Not many books on the topic of discipleship address the philosophical and worldview issues addressed in this book. Wax’s book is helpful in addressing these neglected issues in the task of discipleship. As seen in the book when we are and where history is going are two important questions that must shape and inform our understanding of what it means to be disciples of the risen Christ. This book will help any reader understand how to live as a citizen of heaven in the present time.

Disclosure: I received a review copy of the book from the publisher for the purpose of reviewing it. The opinions I have expressed are my own, and I was not required to write a positive review.

A Reader’s Guide to the Major Writings of Jonathan Edwards: A Review

A Reader’s Guide to the Major Writings of Jonathan Edwards
Nathan A. FinnJeremy M. Kimble

Jonathan Edwards is considered the greatest theologian and philosopher America has produced, his writings have been in print since his life time, yet many can be daunted in where to start reading Edwards and how to read Edwards. This book helps to address both challenges.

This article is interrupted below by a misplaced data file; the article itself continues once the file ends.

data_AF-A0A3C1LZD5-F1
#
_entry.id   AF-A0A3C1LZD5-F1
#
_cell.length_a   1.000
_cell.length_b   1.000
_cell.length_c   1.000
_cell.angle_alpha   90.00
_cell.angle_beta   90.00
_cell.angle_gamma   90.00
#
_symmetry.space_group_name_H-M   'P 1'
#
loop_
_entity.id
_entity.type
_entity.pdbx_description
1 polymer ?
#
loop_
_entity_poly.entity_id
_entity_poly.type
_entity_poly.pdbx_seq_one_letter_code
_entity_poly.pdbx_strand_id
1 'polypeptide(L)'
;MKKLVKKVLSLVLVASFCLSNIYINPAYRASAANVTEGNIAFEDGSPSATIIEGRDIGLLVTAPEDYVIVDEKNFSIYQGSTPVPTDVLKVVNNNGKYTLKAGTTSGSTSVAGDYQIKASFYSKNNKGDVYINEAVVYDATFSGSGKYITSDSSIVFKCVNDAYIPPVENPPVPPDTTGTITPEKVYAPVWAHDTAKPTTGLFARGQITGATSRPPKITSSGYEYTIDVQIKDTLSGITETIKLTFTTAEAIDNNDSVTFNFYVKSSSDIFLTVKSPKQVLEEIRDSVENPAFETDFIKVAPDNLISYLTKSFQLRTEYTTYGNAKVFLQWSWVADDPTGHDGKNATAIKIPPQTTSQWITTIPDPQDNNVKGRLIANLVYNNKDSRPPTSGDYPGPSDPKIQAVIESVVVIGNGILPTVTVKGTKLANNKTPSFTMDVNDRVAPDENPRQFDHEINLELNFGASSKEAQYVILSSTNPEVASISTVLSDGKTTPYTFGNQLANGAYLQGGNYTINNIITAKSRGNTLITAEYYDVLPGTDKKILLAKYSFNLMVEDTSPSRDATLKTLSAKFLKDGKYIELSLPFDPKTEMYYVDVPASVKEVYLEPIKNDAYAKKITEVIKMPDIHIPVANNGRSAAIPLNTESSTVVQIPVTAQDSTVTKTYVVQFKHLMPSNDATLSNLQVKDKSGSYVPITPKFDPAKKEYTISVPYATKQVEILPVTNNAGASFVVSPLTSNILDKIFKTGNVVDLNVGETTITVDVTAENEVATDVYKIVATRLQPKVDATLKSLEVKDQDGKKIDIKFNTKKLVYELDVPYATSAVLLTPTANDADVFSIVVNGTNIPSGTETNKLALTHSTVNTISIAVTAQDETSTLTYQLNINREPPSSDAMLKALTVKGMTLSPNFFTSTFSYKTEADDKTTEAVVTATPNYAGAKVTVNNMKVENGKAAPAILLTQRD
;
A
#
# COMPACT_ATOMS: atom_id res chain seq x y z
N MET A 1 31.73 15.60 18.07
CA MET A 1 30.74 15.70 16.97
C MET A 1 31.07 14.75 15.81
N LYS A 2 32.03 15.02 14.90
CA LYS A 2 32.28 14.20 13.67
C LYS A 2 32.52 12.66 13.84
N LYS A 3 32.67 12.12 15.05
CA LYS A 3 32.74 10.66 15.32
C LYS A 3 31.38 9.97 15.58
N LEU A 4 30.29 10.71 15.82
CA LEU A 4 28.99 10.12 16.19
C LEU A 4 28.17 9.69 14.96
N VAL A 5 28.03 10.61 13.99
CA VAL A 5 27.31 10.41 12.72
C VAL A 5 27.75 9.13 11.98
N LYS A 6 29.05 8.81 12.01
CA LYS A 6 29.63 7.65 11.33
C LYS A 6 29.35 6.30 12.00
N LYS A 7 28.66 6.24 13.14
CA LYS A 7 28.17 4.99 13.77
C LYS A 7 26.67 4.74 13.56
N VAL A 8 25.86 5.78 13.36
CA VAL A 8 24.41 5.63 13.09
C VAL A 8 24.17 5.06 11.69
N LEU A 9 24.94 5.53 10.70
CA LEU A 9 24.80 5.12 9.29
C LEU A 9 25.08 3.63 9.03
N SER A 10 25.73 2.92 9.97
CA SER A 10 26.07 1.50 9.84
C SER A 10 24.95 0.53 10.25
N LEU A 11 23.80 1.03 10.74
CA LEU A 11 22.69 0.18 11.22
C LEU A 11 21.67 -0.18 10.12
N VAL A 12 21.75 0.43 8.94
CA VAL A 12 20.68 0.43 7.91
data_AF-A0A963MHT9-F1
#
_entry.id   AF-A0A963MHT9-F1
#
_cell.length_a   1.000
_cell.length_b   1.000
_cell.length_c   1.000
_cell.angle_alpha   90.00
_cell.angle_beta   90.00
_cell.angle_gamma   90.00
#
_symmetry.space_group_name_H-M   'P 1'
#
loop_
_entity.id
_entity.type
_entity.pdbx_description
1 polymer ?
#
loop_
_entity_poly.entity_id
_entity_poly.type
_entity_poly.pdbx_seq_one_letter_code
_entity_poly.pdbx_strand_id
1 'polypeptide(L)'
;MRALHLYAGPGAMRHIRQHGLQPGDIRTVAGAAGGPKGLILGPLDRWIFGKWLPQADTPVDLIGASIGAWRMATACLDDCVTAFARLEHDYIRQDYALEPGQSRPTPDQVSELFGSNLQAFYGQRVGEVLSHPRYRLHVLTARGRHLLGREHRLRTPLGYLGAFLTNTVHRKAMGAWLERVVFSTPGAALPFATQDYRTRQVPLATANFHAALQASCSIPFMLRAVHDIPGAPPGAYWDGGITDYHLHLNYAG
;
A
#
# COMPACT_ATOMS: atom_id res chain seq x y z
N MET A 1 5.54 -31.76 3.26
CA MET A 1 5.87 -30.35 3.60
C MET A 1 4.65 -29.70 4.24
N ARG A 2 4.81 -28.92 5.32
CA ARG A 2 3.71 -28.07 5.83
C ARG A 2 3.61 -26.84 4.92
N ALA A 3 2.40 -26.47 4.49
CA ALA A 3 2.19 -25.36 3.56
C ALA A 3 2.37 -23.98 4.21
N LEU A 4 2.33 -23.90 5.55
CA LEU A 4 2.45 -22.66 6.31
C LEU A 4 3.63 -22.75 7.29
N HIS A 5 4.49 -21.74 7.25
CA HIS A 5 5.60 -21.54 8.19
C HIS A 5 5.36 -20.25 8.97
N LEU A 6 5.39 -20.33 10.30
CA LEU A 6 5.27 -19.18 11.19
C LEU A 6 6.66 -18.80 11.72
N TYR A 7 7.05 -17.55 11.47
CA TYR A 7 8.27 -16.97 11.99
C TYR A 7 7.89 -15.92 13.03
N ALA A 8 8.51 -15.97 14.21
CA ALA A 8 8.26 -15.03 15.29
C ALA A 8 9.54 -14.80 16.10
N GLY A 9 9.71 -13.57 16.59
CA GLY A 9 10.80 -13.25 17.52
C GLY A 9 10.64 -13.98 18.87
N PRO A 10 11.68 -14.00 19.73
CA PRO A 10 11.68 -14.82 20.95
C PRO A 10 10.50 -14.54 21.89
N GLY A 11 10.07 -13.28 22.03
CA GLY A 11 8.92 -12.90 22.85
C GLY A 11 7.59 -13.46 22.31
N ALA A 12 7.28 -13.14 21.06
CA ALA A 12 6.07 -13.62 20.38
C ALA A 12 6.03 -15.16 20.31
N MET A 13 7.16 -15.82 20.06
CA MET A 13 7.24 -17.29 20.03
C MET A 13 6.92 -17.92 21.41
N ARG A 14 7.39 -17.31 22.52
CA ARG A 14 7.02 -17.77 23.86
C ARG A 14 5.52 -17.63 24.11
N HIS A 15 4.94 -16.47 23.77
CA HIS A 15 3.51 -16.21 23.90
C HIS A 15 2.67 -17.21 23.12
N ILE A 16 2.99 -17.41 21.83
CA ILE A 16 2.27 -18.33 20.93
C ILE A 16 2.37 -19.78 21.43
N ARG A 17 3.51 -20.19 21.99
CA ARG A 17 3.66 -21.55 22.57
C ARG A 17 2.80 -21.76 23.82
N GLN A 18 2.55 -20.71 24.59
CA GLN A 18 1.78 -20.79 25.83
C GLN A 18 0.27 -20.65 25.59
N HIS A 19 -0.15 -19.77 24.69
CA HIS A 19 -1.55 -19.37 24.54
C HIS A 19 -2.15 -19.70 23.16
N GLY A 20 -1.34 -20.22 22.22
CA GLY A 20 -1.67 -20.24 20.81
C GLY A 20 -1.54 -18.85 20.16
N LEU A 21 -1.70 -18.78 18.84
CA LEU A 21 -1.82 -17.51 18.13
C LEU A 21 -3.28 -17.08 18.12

This book draws on a wide range of church historians in addressing the major works of Edwards.  Each contributor helps the reader understand the background behind the writings of Edwards which is important for understanding Edwards’s thought. The contributions range from a general overview of how read Edwards by Dane Ortland to more specific overviews such as Nathan Finn’s chapter on Edwards autobiographical spiritual writings, Jeremy Kimble’s chapter on the revival writings, Michael McClenahan on justification, Gerald McDermott on Religious Affections, Rhys Bezzant on the Life of David Brainerd, Joe Rigney on Freedom of the Will, Robert Caldwell of Original Sin, History of the Works of Redemption by Sean Michael Lucas, Edwards’s Affectional Ethics by Paul Helm, and an appendix by a man who has does much to popular the work of Edwards today John Piper. Each of these provides valuable insight on the work of Edwards.